Best’s forensic approach caused a stir among employees. Pictet’s private bankers hadn’t previously been required to disclose their clients, or say how much money they were making for the bank. Personal customer relationships gave way to faceless scorecards measuring net new money, return on assets, and whether bankers met growth targets.
The details were made available to an army of internal business managers poring over the numbers, often re-assigning clients by funneling them into categories based on wealth, location and level of activity with the bank. Some individual bankers lost coveted clients to new teams with regional focuses, and others bristled at what they saw as an unvarnished style of the newer hires. Still others threw up their hands and decided to leave.
The tone of modern corporate efficiency can grate in a firm where former managing partner Nicolas Pictet once told his employees that retaining a client was more important than making a profit. The company has also grown past the point where partners could regularly act as rainmakers on a hard-fought deal or bringing on a big client.
But as owners of a private partnership, they still stand apart from the rank-and-file. After all, a confidential calculation determines how much profit is kept for the partners and how much is distributed to the rest of the bank to support the firm’s entire equity structure.
Each time a partner joins the reigning fellowship, he is required to purchase a substantial stake of the company. To finance the transaction, existing partners provide a loan to their newest member, who pays them back over time. A departing partner must start selling his share back to the bank. To support this ebb and flow of stakes, the bank aims for a minimum 20% return on equity.
Maintaining that level has become harder amid mounting competition and higher compliance costs. When profitability has dropped below 20%, employees have felt the pain in their personal compensation, which contains a variable component tied to the annual results. That, in turn, has led to the perception of a growing divide between average workers and the partners, who have continued to enjoy their healthy share of profits.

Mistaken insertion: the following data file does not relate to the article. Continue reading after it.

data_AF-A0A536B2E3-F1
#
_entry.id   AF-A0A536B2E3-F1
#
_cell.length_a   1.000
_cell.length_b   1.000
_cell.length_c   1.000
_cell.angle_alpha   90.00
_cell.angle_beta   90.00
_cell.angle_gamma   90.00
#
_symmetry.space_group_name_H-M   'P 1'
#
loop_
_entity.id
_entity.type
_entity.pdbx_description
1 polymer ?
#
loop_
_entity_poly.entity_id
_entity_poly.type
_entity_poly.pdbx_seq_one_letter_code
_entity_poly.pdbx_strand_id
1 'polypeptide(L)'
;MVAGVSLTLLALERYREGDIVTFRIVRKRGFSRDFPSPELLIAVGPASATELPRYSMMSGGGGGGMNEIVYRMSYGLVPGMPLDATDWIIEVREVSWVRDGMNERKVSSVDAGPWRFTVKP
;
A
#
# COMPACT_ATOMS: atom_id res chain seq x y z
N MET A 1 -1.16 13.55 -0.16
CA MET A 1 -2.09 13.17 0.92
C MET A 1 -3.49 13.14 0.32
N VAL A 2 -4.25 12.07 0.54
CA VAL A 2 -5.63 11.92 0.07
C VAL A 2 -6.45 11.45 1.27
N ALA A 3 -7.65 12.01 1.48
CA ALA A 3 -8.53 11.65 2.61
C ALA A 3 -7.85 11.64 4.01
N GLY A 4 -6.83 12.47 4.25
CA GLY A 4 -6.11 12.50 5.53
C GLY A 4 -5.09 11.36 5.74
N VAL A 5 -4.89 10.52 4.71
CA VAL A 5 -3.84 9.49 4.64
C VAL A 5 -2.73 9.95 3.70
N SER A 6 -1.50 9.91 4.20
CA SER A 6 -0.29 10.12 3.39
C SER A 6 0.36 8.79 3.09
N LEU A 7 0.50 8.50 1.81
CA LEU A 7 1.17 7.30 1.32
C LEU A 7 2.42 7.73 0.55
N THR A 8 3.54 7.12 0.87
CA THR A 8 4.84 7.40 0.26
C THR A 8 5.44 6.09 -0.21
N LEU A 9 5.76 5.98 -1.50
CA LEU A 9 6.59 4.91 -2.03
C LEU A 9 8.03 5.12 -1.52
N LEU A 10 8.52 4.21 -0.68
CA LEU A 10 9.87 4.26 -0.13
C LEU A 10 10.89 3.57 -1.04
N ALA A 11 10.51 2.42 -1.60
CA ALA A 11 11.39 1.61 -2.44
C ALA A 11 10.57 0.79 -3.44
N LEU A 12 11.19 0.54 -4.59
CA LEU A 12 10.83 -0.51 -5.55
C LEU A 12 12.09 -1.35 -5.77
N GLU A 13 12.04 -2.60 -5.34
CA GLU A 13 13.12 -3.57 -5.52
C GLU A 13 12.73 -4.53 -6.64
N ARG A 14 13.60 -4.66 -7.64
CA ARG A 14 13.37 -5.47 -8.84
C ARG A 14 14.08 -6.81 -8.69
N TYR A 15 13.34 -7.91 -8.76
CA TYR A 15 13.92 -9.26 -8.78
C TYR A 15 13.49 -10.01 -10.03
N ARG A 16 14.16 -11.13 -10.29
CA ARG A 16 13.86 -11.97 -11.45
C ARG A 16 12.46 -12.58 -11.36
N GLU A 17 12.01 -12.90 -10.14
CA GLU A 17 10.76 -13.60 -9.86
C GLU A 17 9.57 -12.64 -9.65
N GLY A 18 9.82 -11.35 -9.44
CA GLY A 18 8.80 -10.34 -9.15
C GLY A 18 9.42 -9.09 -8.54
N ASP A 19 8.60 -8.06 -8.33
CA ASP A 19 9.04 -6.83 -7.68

When employee profit participation drops, so does that of the partners, Pictet said after the article was published.
During a presentation in February, a cherished Pictet ritual held online for the first time this year, de Planta laid out last year’s key numbers. The bank was buoyed like many others by the market volatility the pandemic provided – from the boom in investing revenue to a rebound in variable compensation for employees and a record number of assets under management as clients sought safety.
But while the partners spoke at length about performance, charitable efforts or Pictet’s gleaming new building slowly rising on the outskirts of Geneva, one member from their group remained conspicuously absent: Collardi didn’t speak or show once during the presentation.
Instead, the man most associated with Pictet’s turbulent last years had slipped into the background.